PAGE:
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From Banking and Finance Law Daily, November 18, 2014

Bank of Tokyo-Mitsubishi hit with additional $315M penalty for sugarcoating report

By Charles A. Menke, J.D.

The New York Department of Financial Services has imposed an additional $315 million monetary penalty against Bank of Tokyo Mitsubishi UFJ (BTMU) for misleading regulators regarding transactions with Iran, Sudan, Myanmar, and other sanctioned entities, DFS Superintendent Benjamin M. Lawsky has announced. The consent order also includes disciplinary action for individual bank employees.

The DFS’ latest action follows a year-long investigation showing that BTMU employees pressured the bank's consultant, PricewaterhouseCoopers (PwC), into removing key warnings to regulators in an ostensibly objective report the bank submitted to the DFS. The report pertained to the extent of BTMU’s illicit conduct on behalf of those sanctioned countries and entities.

"BTMU employees pressured PwC into watering down a supposedly objective report on the Bank's dealings with Iran and other sanctioned countries, thereby misleading regulators,” Lawsky said. “It is clear that we—as a regulatory community—must work aggressively to reform the cozy relationship between banks and consultants, which far too often has resulted in shoddy work that sweeps wrongdoing under the rug."

Penalty. The $315 million dollar penalty is in addition to the $250 million penalty BTMU agreed to pay under a settlement it reached with the DFS in June 2013, for its conduct surrounding currency transactions with the regimes of Iran, Sudan, and Myanmar (Banking and Finance Law Daily, June 21, 2013). As a result, the total monetary penalty that BTMU will have paid under the DFS enforcement actions totals $565 million.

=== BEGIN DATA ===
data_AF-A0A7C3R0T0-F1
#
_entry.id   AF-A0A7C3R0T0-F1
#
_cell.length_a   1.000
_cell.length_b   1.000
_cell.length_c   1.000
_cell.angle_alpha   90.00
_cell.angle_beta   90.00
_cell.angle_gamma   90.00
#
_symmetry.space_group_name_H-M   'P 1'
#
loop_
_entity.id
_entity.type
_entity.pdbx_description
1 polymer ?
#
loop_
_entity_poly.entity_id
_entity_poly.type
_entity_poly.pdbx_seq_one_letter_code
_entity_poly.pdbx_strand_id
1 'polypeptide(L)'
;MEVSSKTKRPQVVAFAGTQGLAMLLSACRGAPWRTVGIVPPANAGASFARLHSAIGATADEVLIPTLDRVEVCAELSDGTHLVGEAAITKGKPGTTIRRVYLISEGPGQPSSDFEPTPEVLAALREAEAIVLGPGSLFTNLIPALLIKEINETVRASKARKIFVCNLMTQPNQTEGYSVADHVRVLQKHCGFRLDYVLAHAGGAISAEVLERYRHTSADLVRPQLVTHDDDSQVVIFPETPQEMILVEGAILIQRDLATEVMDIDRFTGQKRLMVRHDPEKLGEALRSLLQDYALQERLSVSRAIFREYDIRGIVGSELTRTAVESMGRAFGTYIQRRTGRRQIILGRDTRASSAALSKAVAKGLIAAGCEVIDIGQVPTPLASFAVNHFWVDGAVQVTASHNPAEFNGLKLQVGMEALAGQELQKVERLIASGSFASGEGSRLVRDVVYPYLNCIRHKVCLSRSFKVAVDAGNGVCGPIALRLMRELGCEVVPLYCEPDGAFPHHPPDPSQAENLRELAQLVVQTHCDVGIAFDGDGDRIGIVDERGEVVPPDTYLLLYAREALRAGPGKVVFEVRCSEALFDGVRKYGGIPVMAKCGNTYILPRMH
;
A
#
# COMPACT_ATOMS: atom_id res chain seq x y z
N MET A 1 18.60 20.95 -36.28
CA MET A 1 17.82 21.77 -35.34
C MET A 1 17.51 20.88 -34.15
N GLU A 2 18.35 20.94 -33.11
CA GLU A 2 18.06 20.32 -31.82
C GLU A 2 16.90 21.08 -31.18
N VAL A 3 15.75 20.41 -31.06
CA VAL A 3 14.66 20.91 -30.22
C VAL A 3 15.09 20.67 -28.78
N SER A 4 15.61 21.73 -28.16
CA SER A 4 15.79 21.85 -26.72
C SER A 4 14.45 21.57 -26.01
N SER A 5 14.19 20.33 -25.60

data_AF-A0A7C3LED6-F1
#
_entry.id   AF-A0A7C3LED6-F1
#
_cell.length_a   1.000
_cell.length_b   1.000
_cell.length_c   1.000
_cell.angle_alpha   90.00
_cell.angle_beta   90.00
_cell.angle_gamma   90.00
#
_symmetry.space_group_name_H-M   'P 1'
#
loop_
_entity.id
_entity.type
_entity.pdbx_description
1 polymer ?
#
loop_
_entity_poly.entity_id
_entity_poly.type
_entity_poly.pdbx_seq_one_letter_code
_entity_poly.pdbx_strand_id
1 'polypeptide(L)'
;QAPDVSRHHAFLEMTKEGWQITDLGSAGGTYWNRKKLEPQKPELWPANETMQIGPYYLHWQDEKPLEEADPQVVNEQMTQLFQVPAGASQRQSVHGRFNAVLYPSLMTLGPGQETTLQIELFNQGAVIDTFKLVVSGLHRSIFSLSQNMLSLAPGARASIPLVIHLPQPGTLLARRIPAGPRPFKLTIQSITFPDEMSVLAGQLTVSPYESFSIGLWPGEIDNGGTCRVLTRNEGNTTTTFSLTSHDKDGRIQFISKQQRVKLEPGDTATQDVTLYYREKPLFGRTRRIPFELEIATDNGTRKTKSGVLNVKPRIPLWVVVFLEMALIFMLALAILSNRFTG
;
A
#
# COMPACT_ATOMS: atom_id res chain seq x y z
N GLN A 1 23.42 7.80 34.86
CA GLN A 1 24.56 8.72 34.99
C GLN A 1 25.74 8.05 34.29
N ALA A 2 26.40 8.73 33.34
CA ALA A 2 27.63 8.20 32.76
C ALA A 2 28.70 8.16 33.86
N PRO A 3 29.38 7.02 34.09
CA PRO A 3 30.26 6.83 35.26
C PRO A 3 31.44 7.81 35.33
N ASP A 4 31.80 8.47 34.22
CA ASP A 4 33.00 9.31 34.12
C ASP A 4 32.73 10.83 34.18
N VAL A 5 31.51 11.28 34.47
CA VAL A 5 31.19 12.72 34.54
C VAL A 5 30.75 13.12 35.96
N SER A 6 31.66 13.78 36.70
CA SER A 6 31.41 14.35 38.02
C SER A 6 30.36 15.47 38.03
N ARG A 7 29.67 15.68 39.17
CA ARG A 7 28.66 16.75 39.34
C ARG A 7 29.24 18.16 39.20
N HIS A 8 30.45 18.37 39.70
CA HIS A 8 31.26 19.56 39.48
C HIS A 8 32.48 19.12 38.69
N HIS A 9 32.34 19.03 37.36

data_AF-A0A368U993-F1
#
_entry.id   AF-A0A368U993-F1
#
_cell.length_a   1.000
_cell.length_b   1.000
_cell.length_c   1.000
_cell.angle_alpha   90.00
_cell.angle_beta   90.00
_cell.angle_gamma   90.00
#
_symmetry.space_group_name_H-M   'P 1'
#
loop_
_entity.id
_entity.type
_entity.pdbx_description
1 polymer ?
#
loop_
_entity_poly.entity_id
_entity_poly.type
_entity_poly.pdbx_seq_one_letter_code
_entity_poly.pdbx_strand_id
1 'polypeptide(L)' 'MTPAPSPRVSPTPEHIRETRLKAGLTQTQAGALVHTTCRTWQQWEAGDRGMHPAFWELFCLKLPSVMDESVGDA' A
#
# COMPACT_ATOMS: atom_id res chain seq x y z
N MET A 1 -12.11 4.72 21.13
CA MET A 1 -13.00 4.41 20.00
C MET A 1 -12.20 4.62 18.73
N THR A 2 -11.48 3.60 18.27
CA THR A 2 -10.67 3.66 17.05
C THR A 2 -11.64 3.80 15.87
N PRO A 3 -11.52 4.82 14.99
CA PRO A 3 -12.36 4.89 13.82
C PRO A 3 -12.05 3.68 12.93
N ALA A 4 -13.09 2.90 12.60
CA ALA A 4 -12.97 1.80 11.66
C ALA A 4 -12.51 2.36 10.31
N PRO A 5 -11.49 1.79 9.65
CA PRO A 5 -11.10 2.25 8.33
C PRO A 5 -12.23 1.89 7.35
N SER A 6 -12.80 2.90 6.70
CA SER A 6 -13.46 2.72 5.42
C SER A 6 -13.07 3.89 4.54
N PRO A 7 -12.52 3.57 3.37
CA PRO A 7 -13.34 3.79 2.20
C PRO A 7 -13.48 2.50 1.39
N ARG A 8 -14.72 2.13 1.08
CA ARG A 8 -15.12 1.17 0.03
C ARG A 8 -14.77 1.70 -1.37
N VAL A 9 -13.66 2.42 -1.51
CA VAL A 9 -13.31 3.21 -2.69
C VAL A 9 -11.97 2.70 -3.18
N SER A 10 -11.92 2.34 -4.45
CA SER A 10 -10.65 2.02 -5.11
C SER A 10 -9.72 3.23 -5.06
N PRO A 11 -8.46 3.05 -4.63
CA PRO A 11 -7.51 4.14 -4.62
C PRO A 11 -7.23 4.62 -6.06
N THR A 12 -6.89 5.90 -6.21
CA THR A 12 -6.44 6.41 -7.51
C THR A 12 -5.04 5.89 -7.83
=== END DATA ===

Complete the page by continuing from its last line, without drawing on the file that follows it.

BTMU employee discipline. At the DFS’ direction, BTMU will take disciplinary action against individual BTMU compliance personnel involved in the watering down of the PwC report. Two former compliance employees—Akira Kamiya (Deputy President, Mitsubishi UFJ Securities Holdings) and Tetsuji Kamisawa (Executive Deputy President, Defined Contribution Plan Consulting of Japan)—will be banned from conducting business involving any financial institutions regulated by the DFS, including BTMU's New York branch. Moreover, Tetsuro Anan, a manager in BTMU’s Anti-money Laundering Compliance Office, has resigned following DFS demands calling for his termination.

PwC settlement. For its role in the report’s improper alteration, PwC previously agreed to a series of measures imposed by the DFS (Banking and Finance Law Daily, Aug. 18, 2014). In its settlement, PwC agreed to voluntarily abstain from accepting consulting engagements at financial institutions regulated by DFS; pay a $25 million penalty to the state of New York; and establish and implement procedures and safeguards for engagements that meet the standards established by DFS. Also, PwC withheld over 20 percent of the director’s compensation after the director’s misconduct during the engagement came to light during DFS’s investigation.

Companies: Bank of Tokyo Mitsubishi UFJ, Ltd.; PricewaterhouseCoopers Regulatory Advisory Services

MainStory: TopStory BankSecrecyAct BankingOperations EnforcementActions NewYorkNews StateBankingLaws

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